Thursday, September 4, 2008

September is Ovarian Cancer Awareness Month!

Did you know that September is ovarian cancer awareness month? During National Ovarian Cancer Awareness Month, we would like to honor the victims and survivors of this disease for their courage, hope, and perseverance. Please spread the word by posting our Project Ties that Bind Badge (located to the left hand side) on your website and/or blog.

Please feel free to share your stories with us you can either post here or email me and I'll post them here with your permission
Myths and Facts About Ovarian Cancer
Myth: The Pap test can diagnose ovarian cancer.

Fact: A Pap test only diagnoses cancer of the cervix (the opening of the uterus).

Myth: Ovarian cancer has no symptoms.

Fact: Symptoms may include persistent and progressive abdominal pain, bloating, or discomfort; nausea, indigestion, or gas; urinary frequency; constipation, or diarrhea; abnormal vaginal bleeding; unusual fatigue; unexplained weight loss or gain; and shortness of breath. There may also be pain with intercourse. Most symptoms are not gynecologic.

Myth: There are no risk factors for ovarian cancer.

Fact: Risk factors for this disease include increasing age; family history of ovarian, breast, or colorectal cancer; personal history of breast cancer; never bearing a child or having a child later in life; and using talc in the genital area for several years. Use of high-dose estrogen without progesterone for long periods of time (10 years) is a risk factor. However, today combination therapy (estrogen and progesterone) is more common.

Myth: A high CA-125 blood level always indicates ovarian cancer.

Fact: It is not uncommon for pre-menopausal women to have a high CA-125 level because of non-cancerous conditions such as uterine fibroids, inflammation of the fallopian tubes, or endometriosis. The CA-125 blood test is more accurate in post-menopausal women. Currently, no screening test is 100% accurate in detecting ovarian cancer.

Myth: If ovarian cancer does not run in my family, I cannot get it.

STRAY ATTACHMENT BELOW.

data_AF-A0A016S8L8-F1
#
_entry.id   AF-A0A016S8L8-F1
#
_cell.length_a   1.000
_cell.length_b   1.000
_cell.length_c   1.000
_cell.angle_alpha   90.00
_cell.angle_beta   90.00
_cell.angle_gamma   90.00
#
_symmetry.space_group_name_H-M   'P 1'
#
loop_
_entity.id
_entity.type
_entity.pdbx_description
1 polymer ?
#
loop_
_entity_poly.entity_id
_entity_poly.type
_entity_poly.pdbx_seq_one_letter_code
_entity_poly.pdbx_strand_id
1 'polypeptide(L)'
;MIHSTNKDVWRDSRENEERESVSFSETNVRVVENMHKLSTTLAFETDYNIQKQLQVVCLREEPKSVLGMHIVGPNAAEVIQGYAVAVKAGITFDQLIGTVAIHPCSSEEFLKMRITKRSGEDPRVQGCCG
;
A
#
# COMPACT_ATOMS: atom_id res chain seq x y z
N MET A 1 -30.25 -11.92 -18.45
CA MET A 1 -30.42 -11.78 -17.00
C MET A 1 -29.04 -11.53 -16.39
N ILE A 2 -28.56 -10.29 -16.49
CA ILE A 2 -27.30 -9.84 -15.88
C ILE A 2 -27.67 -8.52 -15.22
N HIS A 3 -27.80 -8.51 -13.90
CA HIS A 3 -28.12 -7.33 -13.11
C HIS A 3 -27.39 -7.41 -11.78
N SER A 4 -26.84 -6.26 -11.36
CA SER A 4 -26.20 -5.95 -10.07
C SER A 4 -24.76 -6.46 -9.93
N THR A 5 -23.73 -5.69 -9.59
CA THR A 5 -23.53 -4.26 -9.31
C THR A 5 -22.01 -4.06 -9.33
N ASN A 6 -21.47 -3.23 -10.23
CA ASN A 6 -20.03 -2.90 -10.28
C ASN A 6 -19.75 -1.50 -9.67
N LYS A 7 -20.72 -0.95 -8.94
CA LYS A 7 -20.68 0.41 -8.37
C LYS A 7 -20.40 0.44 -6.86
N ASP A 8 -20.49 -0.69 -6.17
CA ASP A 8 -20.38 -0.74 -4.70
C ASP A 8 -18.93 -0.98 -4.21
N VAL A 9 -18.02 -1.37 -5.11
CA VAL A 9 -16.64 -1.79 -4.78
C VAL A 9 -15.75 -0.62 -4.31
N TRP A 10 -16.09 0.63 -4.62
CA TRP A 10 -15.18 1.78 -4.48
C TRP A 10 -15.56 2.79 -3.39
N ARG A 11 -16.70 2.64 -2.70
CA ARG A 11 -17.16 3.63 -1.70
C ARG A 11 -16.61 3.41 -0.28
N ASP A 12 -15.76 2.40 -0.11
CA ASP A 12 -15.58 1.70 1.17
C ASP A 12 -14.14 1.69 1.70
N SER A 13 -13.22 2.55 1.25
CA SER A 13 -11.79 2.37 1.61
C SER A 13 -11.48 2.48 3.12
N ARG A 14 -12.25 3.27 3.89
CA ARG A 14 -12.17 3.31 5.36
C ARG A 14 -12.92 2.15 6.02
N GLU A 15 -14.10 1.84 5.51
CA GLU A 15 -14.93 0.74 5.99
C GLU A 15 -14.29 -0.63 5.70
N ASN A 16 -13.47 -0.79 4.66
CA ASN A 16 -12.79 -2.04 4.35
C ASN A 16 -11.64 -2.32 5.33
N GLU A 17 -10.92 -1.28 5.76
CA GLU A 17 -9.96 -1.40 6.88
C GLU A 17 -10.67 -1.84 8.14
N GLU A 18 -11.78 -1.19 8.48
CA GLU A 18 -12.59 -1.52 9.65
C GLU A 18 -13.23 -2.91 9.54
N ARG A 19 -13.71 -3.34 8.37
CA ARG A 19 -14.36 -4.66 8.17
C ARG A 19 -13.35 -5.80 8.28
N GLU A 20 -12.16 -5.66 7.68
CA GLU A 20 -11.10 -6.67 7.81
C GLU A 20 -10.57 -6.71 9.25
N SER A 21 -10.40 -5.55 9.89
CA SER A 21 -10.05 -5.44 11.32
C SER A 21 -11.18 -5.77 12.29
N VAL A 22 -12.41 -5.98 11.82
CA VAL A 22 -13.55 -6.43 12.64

Fact: All women are at risk for ovarian cancer. Only 10% of cases are hereditary (inherited).

Myth: Ovarian cancer has no cure.
Fact: If ovarian cancer is detected early and treated properly, there is a 90% chance of survival for at least five years. However, only about one quarter of ovarian cancer cases are diagnosed early. Late diagnosis is associated with significantly lower survival rates—about 25%.

Myth: Fertility drugs cause ovarian cancer.

Fact: This is an area of controversy. Several studies conducted in the early 1990s showed that certain fertility drugs are associated with an increased risk of ovarian cancer. More recent studies have shown that ovarian cancer risk was not increased by the use of fertility drugs but rather by infertility itself.

Myth: Women who have their ovaries removed cannot get ovarian cancer.

Fact: Women who have their ovaries removed can't get ovarian cancer unless a bit of undetected cancer spread before the removal. This is a rare event. In addition, a rare type of cancer called primary peritoneal carcinoma, a close relative of ovarian cancer, can develop when there are no ovaries. Primary peritoneal carcinoma starts in the inside lining of the abdomen and pelvis. It looks similar to ovarian cancer under the microscope. It also has the same symptoms, spreads in a similar pattern, and is treated the same way as ovarian cancer.

Myth: Ovarian cancer can be prevented.

Fact: Currently, there is no way to prevent ovarian cancer with 100% certainty. However, several things can help reduce the risk:
Prophylactic oophorectomy—having both ovaries removed along with the fallopian tubes as a preventive measure—can reduce risk by more than 80%. Taking oral contraceptives for at least five years can reduce risk by 50% (but the safety of birth control pills in women with a personal history of breast cancer is unclear). Pregnancy and breast-feeding, tubal ligation (tying the fallopian tubes), and hysterectomy (removal of the uterus) can all reduce risk.

Myth: Having ovarian cysts increases your risk of ovarian cancer.
Fact: Most cysts develop from the changes in hormone levels during the menstrual cycle and the production and release of eggs from the ovaries. Most cysts are harmless and go away on their own. However, some can be cancerous.

Fact: Most cysts develop from the changes in hormone levels during the menstrual cycle and the production and release of eggs from the ovaries. Most cysts are harmless and go away on their own. However, some can be cancerous.

Cited from the following website:

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